+Q Criterion++
+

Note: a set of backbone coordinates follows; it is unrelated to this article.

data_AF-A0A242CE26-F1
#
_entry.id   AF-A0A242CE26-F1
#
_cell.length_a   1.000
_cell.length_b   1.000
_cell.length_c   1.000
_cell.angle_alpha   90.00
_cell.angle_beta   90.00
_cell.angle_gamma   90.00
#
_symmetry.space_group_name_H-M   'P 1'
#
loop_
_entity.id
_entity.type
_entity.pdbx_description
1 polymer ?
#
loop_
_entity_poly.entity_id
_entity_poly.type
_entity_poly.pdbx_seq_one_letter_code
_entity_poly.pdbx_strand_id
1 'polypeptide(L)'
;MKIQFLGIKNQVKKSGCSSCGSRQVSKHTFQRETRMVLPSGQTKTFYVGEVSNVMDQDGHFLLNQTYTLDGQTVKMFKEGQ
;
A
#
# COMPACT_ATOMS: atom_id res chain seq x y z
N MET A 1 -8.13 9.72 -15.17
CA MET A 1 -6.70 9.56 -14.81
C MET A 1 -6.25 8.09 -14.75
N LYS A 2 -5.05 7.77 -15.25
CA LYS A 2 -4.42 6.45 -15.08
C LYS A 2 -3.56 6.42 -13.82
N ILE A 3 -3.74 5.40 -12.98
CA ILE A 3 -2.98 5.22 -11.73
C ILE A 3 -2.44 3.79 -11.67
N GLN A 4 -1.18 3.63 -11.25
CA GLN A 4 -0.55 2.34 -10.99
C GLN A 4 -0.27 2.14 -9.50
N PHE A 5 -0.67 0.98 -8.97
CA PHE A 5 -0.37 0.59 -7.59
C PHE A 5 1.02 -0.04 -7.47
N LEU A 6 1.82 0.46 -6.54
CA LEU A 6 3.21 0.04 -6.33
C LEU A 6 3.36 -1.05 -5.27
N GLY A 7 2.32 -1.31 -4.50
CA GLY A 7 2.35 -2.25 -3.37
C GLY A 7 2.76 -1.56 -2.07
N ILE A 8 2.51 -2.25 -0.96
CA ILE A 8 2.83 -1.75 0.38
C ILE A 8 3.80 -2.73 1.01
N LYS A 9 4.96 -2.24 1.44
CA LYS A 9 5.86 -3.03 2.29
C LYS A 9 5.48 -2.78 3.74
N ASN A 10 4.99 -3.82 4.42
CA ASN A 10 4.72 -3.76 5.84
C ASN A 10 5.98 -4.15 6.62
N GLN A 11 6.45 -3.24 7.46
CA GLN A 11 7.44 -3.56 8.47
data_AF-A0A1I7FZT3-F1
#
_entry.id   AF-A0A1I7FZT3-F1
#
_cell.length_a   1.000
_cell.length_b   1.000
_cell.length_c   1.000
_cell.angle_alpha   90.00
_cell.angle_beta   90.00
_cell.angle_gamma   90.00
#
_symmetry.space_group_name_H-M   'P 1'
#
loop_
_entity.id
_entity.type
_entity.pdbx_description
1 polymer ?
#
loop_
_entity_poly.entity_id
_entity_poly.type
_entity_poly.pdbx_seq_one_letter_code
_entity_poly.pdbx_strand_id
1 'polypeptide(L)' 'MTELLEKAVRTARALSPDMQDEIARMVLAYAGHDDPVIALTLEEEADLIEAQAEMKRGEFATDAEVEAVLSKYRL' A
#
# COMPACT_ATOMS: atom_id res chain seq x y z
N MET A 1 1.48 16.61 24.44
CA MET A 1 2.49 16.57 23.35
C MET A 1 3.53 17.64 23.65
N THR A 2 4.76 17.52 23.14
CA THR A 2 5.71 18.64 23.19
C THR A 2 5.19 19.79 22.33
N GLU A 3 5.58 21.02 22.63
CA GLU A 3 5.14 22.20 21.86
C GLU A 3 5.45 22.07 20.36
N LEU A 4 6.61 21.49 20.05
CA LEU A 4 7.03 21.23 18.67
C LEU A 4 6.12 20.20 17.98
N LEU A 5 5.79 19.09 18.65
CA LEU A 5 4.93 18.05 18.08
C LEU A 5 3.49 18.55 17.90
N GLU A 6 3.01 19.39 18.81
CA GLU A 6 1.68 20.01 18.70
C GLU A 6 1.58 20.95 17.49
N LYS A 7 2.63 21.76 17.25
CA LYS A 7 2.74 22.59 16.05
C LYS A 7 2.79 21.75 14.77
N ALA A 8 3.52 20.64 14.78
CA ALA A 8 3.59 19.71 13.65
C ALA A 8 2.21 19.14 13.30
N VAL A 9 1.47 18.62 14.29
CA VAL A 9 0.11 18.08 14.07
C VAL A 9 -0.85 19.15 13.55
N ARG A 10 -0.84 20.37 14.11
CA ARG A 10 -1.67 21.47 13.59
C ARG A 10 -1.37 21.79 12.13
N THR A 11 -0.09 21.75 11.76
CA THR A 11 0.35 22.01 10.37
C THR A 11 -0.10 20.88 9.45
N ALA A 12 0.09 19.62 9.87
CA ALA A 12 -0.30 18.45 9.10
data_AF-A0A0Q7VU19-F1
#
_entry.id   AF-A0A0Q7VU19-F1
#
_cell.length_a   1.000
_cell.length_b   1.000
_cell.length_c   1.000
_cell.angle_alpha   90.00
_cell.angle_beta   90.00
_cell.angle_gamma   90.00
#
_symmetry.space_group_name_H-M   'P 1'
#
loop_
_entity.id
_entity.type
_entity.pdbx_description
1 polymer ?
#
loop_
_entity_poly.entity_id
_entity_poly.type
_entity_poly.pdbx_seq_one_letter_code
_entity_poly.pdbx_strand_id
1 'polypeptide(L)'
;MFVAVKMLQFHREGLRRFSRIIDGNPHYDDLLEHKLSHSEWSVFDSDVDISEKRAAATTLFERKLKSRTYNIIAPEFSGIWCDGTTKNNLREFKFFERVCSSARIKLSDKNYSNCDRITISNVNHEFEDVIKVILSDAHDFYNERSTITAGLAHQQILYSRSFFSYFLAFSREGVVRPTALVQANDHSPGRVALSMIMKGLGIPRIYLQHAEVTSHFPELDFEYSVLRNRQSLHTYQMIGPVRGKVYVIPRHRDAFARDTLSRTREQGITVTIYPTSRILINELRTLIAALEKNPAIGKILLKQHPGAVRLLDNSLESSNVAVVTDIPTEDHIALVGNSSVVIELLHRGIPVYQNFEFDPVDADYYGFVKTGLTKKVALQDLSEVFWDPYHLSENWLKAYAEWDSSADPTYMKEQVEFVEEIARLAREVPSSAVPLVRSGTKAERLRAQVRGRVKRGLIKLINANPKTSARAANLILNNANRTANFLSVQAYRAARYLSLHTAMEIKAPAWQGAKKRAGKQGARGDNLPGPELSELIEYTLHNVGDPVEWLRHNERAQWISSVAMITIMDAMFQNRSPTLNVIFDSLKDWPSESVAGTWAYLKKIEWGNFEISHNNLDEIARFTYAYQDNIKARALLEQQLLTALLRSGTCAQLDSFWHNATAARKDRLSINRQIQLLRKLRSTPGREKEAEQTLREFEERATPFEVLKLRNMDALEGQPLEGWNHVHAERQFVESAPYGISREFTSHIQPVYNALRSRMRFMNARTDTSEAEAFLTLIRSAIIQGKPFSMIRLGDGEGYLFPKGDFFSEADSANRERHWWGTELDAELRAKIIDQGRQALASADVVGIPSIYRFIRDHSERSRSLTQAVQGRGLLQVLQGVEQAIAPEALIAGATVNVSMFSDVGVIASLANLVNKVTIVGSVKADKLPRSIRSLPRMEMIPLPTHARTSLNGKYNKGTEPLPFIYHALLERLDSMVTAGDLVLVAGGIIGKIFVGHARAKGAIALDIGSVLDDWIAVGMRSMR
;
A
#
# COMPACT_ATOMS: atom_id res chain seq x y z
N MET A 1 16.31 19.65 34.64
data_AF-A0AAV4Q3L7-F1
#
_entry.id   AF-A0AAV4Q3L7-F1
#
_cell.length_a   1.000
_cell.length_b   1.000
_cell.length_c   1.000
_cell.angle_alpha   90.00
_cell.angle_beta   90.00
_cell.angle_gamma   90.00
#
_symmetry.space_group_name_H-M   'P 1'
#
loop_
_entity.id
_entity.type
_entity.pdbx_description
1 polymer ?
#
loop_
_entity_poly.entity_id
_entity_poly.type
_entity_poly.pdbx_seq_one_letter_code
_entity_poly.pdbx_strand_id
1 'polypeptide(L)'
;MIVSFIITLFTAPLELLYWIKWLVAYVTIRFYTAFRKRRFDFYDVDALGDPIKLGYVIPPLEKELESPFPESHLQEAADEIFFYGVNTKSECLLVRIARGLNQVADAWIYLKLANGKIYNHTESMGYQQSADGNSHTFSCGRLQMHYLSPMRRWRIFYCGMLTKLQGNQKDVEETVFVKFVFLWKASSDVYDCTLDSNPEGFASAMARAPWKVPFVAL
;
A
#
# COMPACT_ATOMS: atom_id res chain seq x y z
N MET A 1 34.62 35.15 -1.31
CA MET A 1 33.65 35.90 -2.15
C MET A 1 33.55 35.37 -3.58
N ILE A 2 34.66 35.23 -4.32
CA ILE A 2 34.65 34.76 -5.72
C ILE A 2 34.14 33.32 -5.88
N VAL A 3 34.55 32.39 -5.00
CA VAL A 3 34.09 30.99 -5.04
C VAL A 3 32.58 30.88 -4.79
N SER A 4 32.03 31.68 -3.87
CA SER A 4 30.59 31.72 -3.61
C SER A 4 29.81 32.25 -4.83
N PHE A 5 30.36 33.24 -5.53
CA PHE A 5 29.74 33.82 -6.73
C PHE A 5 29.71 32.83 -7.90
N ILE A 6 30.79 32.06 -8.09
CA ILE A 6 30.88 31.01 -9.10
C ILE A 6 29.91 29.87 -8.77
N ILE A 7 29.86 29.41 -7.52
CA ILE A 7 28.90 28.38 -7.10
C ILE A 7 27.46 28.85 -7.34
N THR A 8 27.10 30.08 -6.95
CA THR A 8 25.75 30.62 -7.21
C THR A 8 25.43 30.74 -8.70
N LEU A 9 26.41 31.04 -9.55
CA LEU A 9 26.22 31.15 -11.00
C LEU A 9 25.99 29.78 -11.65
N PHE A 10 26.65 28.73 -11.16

+Curl Norm++
+